Newly appointed diplomats have been ordered to change the “bad habits” of extravagant expenditure by foreign missions.
Foreign Affairs PS Karanja Kibicho on Wednesday told the 25 new ambassadors in Nairobi that embassies have been taking advantage of the distance from check systems to dodge filing returns of their expenditure.
“Ninety per cent of the audit queries we have faced before the PAC (Parliamentary Accounts Committee) relate to our missions abroad…and I will tell you for a fact that some missions have not submitted receipts and invoices from as far back as 2010,” Dr Kibicho told them.
“These are habits that I honestly request that you go and kill. I will call upon you not to pick the bad habits that we have had for a long time because it doesn’t matter how well you have carried out your expenditures as long as we are not able to bring documentation, those expenditures will always be suspicious.”
Dr Kibicho was speaking at the opening session of an induction course for the new diplomats appointed last week by President Uhuru Kenyatta.
He also protested the tendency by some missions to hire staff based on the tribe of the head of the mission.
Ambassadors have traditionally enjoyed the discretion to hire home staff, something the Ministry of Foreign Affairs conceded had given missions a lot of leeway to flout the law.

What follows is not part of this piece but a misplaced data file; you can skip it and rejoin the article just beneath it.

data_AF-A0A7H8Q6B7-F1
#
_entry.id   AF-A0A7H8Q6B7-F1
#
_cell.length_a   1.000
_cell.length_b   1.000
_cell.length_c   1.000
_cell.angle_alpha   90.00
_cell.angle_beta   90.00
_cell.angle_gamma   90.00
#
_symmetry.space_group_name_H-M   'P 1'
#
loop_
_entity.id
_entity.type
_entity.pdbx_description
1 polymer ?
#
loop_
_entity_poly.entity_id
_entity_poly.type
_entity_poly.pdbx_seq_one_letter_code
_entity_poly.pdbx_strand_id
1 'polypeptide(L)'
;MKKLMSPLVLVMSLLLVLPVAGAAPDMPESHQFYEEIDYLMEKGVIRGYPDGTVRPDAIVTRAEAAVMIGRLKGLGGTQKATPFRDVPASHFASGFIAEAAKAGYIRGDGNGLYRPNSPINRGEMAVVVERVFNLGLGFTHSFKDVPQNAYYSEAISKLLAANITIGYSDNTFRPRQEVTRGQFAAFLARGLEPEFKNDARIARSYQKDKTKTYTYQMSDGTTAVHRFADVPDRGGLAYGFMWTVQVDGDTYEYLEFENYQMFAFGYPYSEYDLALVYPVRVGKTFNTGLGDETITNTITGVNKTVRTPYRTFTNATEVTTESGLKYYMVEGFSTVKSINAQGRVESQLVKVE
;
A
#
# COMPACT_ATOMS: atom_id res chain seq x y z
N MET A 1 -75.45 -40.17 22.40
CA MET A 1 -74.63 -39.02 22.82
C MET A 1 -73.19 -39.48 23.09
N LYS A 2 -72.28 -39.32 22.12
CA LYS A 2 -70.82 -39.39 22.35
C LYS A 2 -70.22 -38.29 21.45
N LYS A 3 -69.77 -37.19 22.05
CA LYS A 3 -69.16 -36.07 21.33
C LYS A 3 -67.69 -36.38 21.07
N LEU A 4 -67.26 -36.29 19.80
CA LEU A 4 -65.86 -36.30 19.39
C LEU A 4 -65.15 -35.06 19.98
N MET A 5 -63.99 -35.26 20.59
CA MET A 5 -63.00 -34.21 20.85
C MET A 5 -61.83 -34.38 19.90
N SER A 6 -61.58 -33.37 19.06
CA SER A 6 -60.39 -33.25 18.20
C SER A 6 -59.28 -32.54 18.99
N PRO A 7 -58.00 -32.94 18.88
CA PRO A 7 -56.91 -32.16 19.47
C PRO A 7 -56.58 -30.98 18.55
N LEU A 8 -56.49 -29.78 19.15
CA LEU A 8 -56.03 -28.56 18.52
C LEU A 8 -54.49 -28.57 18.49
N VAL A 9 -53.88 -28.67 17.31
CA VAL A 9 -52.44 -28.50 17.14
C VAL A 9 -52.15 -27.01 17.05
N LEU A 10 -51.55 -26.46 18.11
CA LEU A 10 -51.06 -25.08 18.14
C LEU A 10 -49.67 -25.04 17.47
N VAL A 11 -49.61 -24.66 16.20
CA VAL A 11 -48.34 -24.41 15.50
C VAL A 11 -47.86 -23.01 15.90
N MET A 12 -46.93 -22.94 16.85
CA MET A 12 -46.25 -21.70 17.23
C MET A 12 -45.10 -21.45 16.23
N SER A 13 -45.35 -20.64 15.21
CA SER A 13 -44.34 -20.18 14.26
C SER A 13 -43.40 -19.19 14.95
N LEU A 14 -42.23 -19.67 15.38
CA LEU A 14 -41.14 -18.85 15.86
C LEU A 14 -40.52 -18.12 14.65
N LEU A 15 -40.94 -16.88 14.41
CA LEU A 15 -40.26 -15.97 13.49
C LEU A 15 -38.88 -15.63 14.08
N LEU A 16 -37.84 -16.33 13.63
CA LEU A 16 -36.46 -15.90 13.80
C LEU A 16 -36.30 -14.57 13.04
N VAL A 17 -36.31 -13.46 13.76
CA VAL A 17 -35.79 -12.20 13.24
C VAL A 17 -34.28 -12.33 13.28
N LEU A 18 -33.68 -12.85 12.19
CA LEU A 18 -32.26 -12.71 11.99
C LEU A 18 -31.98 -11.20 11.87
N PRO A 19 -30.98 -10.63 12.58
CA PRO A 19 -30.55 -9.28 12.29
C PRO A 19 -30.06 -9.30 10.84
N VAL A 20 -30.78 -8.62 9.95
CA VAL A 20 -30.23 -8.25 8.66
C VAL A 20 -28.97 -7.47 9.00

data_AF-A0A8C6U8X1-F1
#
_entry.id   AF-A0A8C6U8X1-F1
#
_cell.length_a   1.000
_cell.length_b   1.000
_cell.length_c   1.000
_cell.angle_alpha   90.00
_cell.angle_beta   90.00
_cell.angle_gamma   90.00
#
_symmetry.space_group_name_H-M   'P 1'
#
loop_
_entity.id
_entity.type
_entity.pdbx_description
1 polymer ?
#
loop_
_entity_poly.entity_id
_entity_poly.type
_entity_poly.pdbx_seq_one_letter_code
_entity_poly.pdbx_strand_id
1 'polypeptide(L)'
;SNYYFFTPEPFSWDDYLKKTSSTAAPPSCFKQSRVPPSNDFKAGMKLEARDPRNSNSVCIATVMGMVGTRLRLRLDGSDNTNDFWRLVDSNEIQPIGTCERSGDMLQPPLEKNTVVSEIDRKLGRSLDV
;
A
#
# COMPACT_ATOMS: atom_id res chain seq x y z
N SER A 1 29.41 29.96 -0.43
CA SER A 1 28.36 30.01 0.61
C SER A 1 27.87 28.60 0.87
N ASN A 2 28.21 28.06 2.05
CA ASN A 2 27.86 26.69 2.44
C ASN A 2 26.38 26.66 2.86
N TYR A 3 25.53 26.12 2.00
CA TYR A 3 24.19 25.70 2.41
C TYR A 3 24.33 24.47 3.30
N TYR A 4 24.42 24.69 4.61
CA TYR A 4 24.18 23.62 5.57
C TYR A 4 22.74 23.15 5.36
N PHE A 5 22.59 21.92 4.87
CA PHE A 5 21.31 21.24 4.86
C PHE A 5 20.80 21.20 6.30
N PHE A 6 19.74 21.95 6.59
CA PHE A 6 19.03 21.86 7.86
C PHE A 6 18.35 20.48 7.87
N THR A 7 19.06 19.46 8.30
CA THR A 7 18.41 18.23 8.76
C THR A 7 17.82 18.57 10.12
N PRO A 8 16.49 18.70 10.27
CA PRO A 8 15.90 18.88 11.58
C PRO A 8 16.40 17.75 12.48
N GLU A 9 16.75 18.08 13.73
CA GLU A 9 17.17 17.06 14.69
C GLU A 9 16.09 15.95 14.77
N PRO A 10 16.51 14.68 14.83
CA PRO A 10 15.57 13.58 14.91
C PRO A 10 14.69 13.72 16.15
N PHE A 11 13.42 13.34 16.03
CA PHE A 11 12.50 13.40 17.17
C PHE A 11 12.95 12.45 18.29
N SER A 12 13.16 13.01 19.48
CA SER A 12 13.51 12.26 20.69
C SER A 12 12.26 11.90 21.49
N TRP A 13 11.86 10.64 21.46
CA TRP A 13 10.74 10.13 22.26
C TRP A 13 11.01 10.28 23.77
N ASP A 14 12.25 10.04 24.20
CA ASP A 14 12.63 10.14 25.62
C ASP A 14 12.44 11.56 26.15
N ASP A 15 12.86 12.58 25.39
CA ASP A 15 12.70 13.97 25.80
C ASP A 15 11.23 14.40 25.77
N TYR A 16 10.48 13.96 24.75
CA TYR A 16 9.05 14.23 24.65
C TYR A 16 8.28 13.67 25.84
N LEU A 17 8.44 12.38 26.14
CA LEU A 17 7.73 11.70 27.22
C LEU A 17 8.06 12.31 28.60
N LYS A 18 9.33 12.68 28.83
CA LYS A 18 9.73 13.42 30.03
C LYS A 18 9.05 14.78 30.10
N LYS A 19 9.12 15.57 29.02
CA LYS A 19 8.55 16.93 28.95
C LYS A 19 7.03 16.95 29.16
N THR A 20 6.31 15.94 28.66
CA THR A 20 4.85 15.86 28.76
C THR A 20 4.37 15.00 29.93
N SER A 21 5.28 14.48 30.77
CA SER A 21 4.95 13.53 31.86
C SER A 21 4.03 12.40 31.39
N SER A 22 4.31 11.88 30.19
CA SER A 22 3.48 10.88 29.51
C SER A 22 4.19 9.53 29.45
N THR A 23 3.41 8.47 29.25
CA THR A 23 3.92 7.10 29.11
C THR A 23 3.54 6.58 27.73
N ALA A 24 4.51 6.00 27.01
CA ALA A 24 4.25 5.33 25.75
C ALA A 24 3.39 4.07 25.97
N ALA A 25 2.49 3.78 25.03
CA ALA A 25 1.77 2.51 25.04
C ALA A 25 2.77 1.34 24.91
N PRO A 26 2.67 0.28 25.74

To counter the practise, the government says it will require the new envoys to sign performance contracts before they report to their stations next month.
The new envoys will undergo orientation for three weeks after which they will report to their new stations. They will be taught on basic regulations, the diplomatic code of conduct and other legal issues by career diplomats, legal scholars as well as senior staff at the Foreign Service Institute.
Dr Kibicho told reporters the induction session is part of his ministry’s policy to make missions effective.
“There is a deliberate policy to change Kenya’s diplomacy from being passive to being innovative, which will make Kenya more positively visible on the world stage…and bring tangible economic benefits to this country and its people,” he said after the session.
“This programme is a desire by the Ministry of Foreign Affairs and International Trade to be effective in the execution of its functions. It is about making our missions more proactive.”
The first part of the induction involved a session with their predecessors in what the government argues will be the best way of having the new envoys get briefs.
Next year in February, all the envoys will be invited for a conference back in Kenya to be further educated on Kenya's foreign policy.